Tonight is the last day of Libertadores, the most prestigious club competition in South American football (SA Champions League). The name of the tournament is a homage to the Libertadores (Portuguese and Spanish for Liberators), the main leaders of the independence wars of South America. The winner plays at the FIFA Club World Cup, a competition contested between the champion clubs from all six continental confederations.
So I thought I might sum it up a bit:
The format isn’t that different from the Champions league, for those that are familiar with it – there are six stages, beginning in early February. The six surviving teams from the first stage join 26 teams in the second stage, in which there are eight groups consisting of four teams each. The eight group winners and eight runners-up enter the final four stages, better known as the knockout stages, which ends with the finals anywhere between June and August. Unlike UEFA CL, the format for the finals is also that of two-legged games instead of a single match.
Traditionally, teams from 10 different countries in South America qualified, plus the defending champion. Brazil and Argentina each have 5 spots, while Uruguay, Chile, Paraguay, Peru, Bolivia, Ecuador, Colombia and Venezuela have 3 spots. Since the late nineties, Mexican teams started taking part in the competition thanks to quotas obtained from the Pre-Libertadores, which pitted Mexican and Venezuelan clubs for two slots in the group stage. This year, 40 teams competed in the tournament, with the last six spots going to the current champion, Estudiantes, 3 invitees from Mexico and 2 more Mexican teams that had to withdraw from the 2009 competition due to the H1N1 situation.
So, tonight we have the second leg of the finals, between Club Deportivo Guadalajara and Sport Club Internacional. The first leg was played on August 11th in Guadalajara's home field, and ended with a 2-1 score in favor of the Brazilian club.
Mexican football club based in Guadalajara, Jalisco. Guadalajara plays in the Primera División de México (Mexican First Division) and is one of the most successful clubs in Mexican football, having won 11 First Division titles, 7 Campeón de Campeones and 2 Copa México. Guadalajara is one of the ten founding members of the Mexican First Division and along with rival Club America it has never been relegated to the second-tier division. This is Chivas first Libertadores finals, and they could become the first Mexican winners of the Cup.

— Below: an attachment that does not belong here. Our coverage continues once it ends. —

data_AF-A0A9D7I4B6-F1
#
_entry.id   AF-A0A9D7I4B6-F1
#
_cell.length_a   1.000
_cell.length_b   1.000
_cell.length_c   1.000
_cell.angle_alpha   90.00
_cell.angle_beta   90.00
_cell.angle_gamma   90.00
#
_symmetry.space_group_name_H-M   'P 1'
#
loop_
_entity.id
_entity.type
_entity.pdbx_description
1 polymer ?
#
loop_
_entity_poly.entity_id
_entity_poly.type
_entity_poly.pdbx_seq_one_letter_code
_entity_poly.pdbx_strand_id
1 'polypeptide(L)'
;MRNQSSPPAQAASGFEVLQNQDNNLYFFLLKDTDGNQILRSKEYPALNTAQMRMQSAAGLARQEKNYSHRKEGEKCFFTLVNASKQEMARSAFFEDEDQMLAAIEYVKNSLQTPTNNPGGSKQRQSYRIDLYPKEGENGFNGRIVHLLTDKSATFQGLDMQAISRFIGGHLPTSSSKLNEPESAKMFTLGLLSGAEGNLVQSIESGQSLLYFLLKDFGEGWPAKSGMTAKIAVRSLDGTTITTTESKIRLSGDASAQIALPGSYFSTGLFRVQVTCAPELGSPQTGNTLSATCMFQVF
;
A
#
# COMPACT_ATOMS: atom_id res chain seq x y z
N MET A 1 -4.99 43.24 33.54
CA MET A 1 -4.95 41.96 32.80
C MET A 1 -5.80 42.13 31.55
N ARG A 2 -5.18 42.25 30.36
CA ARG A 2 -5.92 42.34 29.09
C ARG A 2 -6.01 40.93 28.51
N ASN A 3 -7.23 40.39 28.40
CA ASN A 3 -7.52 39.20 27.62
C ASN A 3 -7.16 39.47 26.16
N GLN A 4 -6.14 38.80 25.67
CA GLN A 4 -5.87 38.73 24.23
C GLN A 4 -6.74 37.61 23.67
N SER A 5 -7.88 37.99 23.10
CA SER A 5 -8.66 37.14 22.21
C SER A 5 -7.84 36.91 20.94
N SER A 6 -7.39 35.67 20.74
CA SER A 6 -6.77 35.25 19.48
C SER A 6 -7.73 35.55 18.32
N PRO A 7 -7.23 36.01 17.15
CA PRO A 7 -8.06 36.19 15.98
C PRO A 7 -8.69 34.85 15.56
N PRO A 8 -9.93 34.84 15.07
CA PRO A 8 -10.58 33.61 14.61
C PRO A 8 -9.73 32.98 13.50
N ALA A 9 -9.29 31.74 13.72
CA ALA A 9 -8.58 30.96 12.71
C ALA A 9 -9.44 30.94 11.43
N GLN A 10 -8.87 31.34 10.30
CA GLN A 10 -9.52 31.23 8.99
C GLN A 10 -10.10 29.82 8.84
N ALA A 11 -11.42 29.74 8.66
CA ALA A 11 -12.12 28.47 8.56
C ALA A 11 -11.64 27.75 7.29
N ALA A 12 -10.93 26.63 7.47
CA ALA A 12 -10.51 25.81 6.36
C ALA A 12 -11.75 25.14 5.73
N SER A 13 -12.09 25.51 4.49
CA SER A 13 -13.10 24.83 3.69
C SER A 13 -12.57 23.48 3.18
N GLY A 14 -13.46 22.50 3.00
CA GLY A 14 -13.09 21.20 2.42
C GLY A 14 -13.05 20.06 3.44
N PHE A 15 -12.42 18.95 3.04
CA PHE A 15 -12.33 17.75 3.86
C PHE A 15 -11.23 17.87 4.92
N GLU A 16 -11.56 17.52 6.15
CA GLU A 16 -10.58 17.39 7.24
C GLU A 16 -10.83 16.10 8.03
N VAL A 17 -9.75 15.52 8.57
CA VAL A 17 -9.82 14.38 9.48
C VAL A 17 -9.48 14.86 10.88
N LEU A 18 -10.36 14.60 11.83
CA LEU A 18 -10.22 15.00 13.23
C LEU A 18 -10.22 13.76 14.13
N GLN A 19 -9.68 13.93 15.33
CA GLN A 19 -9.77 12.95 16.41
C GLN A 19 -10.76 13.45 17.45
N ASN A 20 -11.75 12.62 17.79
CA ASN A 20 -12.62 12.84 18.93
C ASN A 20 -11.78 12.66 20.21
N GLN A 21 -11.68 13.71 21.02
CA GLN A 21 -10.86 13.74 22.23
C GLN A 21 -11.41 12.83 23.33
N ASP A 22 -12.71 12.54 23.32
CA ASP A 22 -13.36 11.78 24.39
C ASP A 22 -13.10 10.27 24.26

Brazilian football team from Porto Alegre, Rio Grande do Sul. The club is one of only five teams that have never been relegated to the second-tier division since the first national championship, played in 1971. In over 100 years of history, the team revealed several great players like Chilean Elias Figueroa and Brazilians Falcão, Valdomiro, Taffarel, Dunga, Alexandre Pato, Rafael Sobis, Nilmar and Lucio. They have previously won the 2006 Copa Libertadores, when they defeated the defending champions São Paulo. Internacional also won the 2006 FIFA Club World Cup, the 2007 Recopa Sudamericana and the 2008 Copa Sudamericana.
If anyone is interested, again, the match will be tonight, at 22:00 pm (Brasilia time - time zone converter) and you can watch a Live Stream over here: Inter x Chivas
…And to end things, here is a little map with all the teams that participated this year, with a bit of info on each one of them (click to enlarge, huge map, etc):
eta: Congrats Inter, 2010 Libertadores Champions!
Map Source; Wiki for some general info; Stream